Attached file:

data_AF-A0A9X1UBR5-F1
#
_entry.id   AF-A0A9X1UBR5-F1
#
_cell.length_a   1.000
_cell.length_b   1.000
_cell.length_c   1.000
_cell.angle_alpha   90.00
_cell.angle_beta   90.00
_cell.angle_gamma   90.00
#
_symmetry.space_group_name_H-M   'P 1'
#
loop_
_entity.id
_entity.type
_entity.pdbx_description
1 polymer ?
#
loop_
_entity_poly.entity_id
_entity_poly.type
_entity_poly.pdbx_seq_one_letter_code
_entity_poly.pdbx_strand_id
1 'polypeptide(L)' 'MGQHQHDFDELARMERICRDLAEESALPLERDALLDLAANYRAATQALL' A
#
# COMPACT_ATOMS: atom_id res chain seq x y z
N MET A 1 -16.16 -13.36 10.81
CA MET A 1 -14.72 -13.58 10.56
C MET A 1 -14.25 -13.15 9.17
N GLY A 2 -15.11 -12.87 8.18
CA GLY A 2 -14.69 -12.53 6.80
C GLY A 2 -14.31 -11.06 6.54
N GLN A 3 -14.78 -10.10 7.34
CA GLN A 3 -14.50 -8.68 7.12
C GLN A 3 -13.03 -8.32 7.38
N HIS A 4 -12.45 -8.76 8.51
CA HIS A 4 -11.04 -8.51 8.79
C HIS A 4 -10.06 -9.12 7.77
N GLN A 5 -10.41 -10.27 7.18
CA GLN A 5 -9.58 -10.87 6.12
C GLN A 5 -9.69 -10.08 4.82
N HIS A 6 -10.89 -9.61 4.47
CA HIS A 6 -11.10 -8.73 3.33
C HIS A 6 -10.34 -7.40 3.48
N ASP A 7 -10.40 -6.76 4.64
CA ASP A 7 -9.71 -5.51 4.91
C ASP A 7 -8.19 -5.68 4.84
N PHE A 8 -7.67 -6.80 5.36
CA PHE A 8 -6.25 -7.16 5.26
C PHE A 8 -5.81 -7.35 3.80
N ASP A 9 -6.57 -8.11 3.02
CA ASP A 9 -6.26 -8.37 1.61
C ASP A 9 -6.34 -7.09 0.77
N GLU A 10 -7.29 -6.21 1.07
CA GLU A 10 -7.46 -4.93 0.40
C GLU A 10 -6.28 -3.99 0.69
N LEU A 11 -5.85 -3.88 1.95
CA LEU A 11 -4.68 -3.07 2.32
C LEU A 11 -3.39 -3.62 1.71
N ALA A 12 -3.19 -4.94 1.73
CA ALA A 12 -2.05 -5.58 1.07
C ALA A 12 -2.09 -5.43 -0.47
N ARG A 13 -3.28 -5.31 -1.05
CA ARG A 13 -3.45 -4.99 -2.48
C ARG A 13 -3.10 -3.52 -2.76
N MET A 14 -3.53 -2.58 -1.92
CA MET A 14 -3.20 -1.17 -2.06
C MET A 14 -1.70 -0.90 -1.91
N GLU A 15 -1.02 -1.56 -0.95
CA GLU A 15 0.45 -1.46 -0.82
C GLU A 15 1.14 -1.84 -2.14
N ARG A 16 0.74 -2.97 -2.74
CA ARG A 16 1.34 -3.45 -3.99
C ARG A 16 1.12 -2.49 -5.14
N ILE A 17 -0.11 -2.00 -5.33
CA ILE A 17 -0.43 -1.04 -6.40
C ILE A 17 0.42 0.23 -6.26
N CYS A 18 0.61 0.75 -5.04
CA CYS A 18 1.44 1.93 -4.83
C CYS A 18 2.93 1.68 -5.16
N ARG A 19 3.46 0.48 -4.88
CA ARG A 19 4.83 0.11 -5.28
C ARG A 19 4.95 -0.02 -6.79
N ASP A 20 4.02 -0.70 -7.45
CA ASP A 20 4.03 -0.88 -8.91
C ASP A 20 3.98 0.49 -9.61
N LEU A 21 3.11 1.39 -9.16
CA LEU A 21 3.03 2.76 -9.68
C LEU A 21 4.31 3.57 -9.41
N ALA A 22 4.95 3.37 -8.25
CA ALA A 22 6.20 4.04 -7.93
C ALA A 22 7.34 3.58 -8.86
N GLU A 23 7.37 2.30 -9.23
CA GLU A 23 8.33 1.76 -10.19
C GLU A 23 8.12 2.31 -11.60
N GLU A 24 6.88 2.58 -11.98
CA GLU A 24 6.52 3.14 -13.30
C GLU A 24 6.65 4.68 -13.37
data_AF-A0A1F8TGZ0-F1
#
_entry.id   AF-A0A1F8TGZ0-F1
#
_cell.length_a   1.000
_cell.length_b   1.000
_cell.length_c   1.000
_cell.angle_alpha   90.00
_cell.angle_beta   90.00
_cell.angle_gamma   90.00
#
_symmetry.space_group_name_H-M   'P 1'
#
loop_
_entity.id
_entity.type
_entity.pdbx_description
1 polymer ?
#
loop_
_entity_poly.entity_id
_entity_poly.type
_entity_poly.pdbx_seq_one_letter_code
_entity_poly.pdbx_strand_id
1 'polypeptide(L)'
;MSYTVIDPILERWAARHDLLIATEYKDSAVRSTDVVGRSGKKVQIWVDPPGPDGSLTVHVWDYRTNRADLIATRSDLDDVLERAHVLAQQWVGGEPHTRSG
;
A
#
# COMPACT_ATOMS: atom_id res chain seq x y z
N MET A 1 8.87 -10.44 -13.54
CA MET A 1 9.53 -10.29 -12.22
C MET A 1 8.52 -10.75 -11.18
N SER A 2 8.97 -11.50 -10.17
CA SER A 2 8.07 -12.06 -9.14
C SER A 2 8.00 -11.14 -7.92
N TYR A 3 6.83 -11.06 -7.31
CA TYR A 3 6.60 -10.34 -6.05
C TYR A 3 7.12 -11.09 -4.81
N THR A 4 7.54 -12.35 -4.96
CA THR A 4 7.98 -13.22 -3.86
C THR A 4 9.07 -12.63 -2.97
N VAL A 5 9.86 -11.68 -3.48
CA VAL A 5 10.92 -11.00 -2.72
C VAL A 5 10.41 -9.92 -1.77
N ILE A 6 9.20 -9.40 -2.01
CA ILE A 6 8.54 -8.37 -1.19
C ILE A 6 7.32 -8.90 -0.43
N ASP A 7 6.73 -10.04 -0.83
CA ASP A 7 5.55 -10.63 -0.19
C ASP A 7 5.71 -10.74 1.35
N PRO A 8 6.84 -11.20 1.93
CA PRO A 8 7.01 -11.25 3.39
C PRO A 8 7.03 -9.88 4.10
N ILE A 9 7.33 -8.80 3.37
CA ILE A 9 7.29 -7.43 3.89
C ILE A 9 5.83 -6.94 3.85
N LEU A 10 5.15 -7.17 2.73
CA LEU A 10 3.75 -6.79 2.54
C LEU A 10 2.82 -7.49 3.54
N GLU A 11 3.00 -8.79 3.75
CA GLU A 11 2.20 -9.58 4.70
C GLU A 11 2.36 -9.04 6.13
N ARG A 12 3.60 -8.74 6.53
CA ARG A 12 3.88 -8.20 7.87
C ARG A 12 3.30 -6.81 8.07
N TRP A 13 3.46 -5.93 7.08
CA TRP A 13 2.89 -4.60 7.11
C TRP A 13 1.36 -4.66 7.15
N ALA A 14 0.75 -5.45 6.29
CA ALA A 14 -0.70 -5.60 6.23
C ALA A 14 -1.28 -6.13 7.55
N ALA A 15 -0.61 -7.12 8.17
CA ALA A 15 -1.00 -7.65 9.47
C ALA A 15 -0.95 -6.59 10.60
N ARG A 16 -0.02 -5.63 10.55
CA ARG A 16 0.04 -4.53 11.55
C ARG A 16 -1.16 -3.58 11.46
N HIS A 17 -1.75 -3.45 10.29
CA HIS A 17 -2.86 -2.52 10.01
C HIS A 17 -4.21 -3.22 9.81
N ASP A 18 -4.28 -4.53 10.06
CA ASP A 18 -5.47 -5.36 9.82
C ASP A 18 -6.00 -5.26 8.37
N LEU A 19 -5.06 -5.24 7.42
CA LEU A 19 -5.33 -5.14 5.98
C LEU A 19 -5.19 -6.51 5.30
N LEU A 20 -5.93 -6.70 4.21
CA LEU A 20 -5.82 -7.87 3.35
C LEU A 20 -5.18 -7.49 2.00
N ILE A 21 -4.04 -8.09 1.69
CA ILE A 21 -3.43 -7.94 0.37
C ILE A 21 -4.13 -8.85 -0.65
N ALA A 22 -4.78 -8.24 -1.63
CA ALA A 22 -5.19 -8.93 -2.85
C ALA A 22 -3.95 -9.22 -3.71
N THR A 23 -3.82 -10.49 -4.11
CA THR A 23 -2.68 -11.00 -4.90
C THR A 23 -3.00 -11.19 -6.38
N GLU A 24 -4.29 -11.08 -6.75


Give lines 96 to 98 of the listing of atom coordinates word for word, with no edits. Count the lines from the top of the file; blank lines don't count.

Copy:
C GLU A 23 8.12 2.31 -11.60
N GLU A 24 6.88 2.58 -11.98
CA GLU A 24 6.52 3.14 -13.30